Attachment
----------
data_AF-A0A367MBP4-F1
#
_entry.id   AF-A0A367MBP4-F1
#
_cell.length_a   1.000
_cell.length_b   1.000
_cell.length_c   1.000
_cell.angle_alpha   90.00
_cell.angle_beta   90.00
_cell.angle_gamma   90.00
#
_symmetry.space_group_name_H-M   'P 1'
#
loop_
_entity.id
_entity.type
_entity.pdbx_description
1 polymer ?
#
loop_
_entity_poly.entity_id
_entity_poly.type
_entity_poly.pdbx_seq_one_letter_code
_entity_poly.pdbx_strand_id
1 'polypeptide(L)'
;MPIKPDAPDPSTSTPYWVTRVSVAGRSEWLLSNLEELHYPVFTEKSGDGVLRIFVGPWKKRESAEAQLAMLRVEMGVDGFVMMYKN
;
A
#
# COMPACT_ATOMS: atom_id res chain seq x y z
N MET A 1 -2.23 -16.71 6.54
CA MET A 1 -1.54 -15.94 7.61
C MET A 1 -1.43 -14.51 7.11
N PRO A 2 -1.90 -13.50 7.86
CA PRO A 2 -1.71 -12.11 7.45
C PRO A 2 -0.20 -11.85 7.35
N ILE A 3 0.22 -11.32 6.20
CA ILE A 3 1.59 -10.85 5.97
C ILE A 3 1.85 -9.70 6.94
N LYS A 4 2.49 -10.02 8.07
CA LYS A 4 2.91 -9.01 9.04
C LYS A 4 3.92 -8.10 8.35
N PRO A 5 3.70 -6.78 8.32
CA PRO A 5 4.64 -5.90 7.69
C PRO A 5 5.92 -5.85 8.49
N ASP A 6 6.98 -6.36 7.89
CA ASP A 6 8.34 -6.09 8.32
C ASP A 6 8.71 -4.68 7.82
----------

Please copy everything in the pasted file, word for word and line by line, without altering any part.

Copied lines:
data_AF-A0A367MBP4-F1
#
_entry.id   AF-A0A367MBP4-F1
#
_cell.length_a   1.000
_cell.length_b   1.000
_cell.length_c   1.000
_cell.angle_alpha   90.00
_cell.angle_beta   90.00
_cell.angle_gamma   90.00
#
_symmetry.space_group_name_H-M   'P 1'
#
loop_
_entity.id
_entity.type
_entity.pdbx_description
1 polymer ?
#
loop_
_entity_poly.entity_id
_entity_poly.type
_entity_poly.pdbx_seq_one_letter_code
_entity_poly.pdbx_strand_id
1 'polypeptide(L)'
;MPIKPDAPDPSTSTPYWVTRVSVAGRSEWLLSNLEELHYPVFTEKSGDGVLRIFVGPWKKRESAEAQLAMLRVEMGVDGFVMMYKN
;
A
#
# COMPACT_ATOMS: atom_id res chain seq x y z
N MET A 1 -2.23 -16.71 6.54
CA MET A 1 -1.54 -15.94 7.61
C MET A 1 -1.43 -14.51 7.11
N PRO A 2 -1.90 -13.50 7.86
CA PRO A 2 -1.71 -12.11 7.45
C PRO A 2 -0.20 -11.85 7.35
N ILE A 3 0.22 -11.32 6.20
CA ILE A 3 1.59 -10.85 5.97
C ILE A 3 1.85 -9.70 6.94
N LYS A 4 2.49 -10.02 8.07
CA LYS A 4 2.91 -9.01 9.04
C LYS A 4 3.92 -8.10 8.35
N PRO A 5 3.70 -6.78 8.32
CA PRO A 5 4.64 -5.90 7.69
C PRO A 5 5.92 -5.85 8.49
N ASP A 6 6.98 -6.36 7.89
CA ASP A 6 8.34 -6.09 8.32
C ASP A 6 8.71 -4.68 7.82